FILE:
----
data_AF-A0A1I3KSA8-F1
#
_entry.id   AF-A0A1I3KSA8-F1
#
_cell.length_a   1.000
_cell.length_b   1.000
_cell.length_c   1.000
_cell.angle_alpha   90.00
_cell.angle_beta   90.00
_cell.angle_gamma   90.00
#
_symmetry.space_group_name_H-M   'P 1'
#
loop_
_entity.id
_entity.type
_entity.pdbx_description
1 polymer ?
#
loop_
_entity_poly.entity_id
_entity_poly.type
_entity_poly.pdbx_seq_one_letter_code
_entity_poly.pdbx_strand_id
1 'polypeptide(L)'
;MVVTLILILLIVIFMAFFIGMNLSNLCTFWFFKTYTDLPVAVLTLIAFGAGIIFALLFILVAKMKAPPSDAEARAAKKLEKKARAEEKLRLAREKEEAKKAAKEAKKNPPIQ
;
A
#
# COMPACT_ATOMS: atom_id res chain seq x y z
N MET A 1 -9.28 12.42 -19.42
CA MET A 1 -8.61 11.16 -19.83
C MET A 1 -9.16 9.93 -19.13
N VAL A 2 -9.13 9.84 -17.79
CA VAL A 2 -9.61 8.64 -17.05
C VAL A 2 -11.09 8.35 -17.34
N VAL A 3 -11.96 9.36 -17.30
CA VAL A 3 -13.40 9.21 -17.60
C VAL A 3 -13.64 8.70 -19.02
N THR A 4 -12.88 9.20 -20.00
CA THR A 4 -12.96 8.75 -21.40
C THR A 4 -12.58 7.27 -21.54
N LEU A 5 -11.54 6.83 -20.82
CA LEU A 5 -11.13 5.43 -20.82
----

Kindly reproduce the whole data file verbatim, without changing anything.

data_AF-A0A1I3KSA8-F1
#
_entry.id   AF-A0A1I3KSA8-F1
#
_cell.length_a   1.000
_cell.length_b   1.000
_cell.length_c   1.000
_cell.angle_alpha   90.00
_cell.angle_beta   90.00
_cell.angle_gamma   90.00
#
_symmetry.space_group_name_H-M   'P 1'
#
loop_
_entity.id
_entity.type
_entity.pdbx_description
1 polymer ?
#
loop_
_entity_poly.entity_id
_entity_poly.type
_entity_poly.pdbx_seq_one_letter_code
_entity_poly.pdbx_strand_id
1 'polypeptide(L)'
;MVVTLILILLIVIFMAFFIGMNLSNLCTFWFFKTYTDLPVAVLTLIAFGAGIIFALLFILVAKMKAPPSDAEARAAKKLEKKARAEEKLRLAREKEEAKKAAKEAKKNPPIQ
;
A
#
# COMPACT_ATOMS: atom_id res chain seq x y z
N MET A 1 -9.28 12.42 -19.42
CA MET A 1 -8.61 11.16 -19.83
C MET A 1 -9.16 9.93 -19.13
N VAL A 2 -9.13 9.84 -17.79
CA VAL A 2 -9.61 8.64 -17.05
C VAL A 2 -11.09 8.35 -17.34
N VAL A 3 -11.96 9.36 -17.30
CA VAL A 3 -13.40 9.21 -17.60
C VAL A 3 -13.64 8.70 -19.02
N THR A 4 -12.88 9.20 -20.00
CA THR A 4 -12.96 8.75 -21.40
C THR A 4 -12.58 7.27 -21.54
N LEU A 5 -11.54 6.83 -20.82
CA LEU A 5 -11.13 5.43 -20.82